• Achievement test scores for students who receive Free and Reduced Lunch (FRL) exceed those of non-FRL students in the city and state;
  • 100 percent of 8th grade African-American boys read on grade level;
  • Employment rate among eligible public housing residents increased from 15 percent to ~100 percent;
  • Attracted over $400 million in private investment, including a grocery store and neighborhood-serving retail. This after decades of near-zero private investment.

There are currently 16 Purpose Built Communities initiatives being implemented across the United States today and another 30 in development. We are working in cities as diverse as Oakland, Houston, Spartanburg and Orlando. While every neighborhood is different and requires a unique set of strategies, what all of these initiatives have in common is a commitment to create healthy neighborhoods where families and children of all incomes can prosper and thrive.

Sociologists are paying increasing attention to what they call the Neighborhood-Level Effect, where the neighborhood people live in predicts how lives unfold. Dr. Jack Shonkoff at the Center on the Developing Child at Harvard University has documented the “toxic stress” common in distressed neighborhoods directly inhibits the healthy neural and physical development of children. We know that in distressed neighborhoods environmental factors such as the prevalence of lead in paint and water supplies leads to high infant mortality rates and shorter life spans.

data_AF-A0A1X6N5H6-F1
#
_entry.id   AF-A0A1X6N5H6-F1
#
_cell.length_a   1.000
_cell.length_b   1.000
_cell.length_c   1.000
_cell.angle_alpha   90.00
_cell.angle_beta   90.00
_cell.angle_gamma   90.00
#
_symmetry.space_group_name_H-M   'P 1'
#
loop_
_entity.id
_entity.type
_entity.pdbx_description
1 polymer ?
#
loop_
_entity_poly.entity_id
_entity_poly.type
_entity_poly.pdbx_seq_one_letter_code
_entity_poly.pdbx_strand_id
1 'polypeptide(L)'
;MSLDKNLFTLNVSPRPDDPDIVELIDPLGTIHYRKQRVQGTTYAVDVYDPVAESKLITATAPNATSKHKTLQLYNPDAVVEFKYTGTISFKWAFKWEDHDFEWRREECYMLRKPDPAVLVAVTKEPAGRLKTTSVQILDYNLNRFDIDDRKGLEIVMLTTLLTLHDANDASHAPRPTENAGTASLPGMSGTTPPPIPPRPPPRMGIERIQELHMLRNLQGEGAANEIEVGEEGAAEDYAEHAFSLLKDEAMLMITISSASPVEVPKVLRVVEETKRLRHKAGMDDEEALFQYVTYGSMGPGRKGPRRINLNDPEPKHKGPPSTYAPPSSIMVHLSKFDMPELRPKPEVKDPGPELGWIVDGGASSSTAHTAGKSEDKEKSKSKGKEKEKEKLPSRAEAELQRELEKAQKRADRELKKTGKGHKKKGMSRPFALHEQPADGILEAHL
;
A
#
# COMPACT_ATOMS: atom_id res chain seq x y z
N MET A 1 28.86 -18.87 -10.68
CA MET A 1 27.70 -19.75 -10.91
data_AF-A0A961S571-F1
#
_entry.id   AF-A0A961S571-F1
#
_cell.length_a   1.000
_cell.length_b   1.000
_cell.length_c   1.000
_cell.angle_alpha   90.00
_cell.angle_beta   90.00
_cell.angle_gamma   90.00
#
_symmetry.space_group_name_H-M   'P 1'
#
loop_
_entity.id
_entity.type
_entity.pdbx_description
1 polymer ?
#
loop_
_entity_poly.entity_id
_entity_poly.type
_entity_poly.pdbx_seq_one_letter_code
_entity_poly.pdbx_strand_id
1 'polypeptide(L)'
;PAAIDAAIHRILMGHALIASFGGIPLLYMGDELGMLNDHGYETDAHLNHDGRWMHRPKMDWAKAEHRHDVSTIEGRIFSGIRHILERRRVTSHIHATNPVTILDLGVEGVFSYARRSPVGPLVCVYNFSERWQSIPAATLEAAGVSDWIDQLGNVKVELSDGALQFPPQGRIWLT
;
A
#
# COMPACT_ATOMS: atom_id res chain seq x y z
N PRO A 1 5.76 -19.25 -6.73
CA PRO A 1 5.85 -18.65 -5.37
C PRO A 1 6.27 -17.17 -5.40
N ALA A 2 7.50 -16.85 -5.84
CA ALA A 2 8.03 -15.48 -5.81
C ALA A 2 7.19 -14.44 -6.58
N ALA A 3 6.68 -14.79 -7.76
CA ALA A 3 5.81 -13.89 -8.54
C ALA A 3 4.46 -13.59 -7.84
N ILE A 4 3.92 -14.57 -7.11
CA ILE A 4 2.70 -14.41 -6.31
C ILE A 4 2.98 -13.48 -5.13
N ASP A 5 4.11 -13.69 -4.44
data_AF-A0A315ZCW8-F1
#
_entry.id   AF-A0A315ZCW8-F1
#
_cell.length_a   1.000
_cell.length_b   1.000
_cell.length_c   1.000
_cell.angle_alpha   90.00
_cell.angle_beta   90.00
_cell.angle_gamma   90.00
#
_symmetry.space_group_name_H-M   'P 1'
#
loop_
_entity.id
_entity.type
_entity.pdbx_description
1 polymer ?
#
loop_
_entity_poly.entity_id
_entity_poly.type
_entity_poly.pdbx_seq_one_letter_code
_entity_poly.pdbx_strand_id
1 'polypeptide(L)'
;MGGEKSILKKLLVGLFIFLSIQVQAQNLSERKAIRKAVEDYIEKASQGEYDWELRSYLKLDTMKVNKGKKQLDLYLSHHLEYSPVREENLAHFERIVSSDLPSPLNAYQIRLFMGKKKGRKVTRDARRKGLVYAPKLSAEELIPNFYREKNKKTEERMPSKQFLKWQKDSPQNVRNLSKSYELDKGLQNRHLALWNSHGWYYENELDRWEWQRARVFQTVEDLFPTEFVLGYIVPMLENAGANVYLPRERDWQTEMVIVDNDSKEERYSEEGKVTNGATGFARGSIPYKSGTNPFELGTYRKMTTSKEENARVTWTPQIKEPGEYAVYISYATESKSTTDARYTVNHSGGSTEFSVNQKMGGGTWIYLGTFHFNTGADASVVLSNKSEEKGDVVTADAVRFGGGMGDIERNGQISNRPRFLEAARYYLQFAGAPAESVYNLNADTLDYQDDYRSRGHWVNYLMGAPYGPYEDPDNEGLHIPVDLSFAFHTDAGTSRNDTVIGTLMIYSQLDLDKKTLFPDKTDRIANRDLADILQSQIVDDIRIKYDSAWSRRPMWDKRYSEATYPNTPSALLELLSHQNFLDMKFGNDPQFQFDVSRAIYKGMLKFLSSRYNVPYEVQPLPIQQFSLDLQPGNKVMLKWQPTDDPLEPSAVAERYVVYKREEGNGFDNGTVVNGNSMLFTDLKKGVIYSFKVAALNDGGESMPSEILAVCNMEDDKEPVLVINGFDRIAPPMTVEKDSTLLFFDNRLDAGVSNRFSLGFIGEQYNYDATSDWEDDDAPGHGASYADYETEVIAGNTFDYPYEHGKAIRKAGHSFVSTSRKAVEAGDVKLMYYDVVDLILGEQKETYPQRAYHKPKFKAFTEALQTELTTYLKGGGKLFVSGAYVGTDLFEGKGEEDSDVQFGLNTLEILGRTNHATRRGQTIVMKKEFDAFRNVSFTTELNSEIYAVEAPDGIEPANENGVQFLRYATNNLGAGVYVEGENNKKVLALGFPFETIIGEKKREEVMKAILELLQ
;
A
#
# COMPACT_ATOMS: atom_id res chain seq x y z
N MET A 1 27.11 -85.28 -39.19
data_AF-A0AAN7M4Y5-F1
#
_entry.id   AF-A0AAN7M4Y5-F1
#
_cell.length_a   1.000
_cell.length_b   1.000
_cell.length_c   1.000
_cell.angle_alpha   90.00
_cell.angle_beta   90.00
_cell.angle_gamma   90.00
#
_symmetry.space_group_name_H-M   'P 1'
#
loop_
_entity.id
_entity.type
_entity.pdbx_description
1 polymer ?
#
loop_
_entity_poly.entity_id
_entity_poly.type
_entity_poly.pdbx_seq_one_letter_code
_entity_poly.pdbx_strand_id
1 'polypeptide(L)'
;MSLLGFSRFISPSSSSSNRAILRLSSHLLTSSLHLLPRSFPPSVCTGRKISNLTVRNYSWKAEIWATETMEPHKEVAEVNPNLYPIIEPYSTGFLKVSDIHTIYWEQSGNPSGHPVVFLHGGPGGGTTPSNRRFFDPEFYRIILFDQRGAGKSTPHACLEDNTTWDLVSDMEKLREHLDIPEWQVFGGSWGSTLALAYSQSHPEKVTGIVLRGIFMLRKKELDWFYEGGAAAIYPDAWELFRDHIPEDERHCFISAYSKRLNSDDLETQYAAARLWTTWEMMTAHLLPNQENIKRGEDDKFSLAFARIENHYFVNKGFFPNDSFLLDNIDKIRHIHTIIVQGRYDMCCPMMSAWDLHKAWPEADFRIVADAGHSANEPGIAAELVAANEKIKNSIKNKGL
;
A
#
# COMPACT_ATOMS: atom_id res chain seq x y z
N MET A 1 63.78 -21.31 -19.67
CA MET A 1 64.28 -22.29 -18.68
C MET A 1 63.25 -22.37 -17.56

While the geographic dimension of poverty is obvious to those of us who work in these neighborhoods, the vast majority of public and private funding continues to ignore this reality. With a few notable exceptions – such as the Choice Neighborhood and Promise Neighborhood programs – we continue to treat poverty as an individual and family issue,and dedicate resources to poverty relief rather than poverty eradication. 

As Dr. King advised, if we are to “disperse the ghetto,” we need to first invest in it. We have a model for doing exactly that. By our estimation, there are 825 neighborhoods of urban concentrated poverty in this country. If we can agree that these neighborhoods are the last bastions of Jim Crow and a legacy of intentionally racist policies, perhaps we can agree to focus our resources on transformative strategies in these communities and fully realize the vision put forth by Dr. King half a century ago.